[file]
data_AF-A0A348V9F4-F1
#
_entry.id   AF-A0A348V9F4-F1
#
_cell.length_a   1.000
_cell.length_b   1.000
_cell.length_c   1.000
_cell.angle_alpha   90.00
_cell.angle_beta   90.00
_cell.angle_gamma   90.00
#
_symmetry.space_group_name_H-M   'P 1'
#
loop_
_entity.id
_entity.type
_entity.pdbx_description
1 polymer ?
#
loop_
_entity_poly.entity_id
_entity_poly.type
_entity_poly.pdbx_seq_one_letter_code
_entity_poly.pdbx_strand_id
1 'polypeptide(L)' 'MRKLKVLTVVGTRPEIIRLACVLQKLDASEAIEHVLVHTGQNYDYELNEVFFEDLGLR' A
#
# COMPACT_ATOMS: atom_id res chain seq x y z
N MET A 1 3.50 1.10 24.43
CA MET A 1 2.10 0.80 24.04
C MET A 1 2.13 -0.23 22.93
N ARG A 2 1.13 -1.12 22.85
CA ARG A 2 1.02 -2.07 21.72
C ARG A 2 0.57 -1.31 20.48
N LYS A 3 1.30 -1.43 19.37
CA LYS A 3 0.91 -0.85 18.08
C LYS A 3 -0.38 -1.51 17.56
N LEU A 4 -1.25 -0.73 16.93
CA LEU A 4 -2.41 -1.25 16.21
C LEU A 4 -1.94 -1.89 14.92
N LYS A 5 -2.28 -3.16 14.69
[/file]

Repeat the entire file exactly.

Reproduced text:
data_AF-A0A348V9F4-F1
#
_entry.id   AF-A0A348V9F4-F1
#
_cell.length_a   1.000
_cell.length_b   1.000
_cell.length_c   1.000
_cell.angle_alpha   90.00
_cell.angle_beta   90.00
_cell.angle_gamma   90.00
#
_symmetry.space_group_name_H-M   'P 1'
#
loop_
_entity.id
_entity.type
_entity.pdbx_description
1 polymer ?
#
loop_
_entity_poly.entity_id
_entity_poly.type
_entity_poly.pdbx_seq_one_letter_code
_entity_poly.pdbx_strand_id
1 'polypeptide(L)' 'MRKLKVLTVVGTRPEIIRLACVLQKLDASEAIEHVLVHTGQNYDYELNEVFFEDLGLR' A
#
# COMPACT_ATOMS: atom_id res chain seq x y z
N MET A 1 3.50 1.10 24.43
CA MET A 1 2.10 0.80 24.04
C MET A 1 2.13 -0.23 22.93
N ARG A 2 1.13 -1.12 22.85
CA ARG A 2 1.02 -2.07 21.72
C ARG A 2 0.57 -1.31 20.48
N LYS A 3 1.30 -1.43 19.37
CA LYS A 3 0.91 -0.85 18.08
C LYS A 3 -0.38 -1.51 17.56
N LEU A 4 -1.25 -0.73 16.93
CA LEU A 4 -2.41 -1.25 16.21
C LEU A 4 -1.94 -1.89 14.92
N LYS A 5 -2.28 -3.16 14.69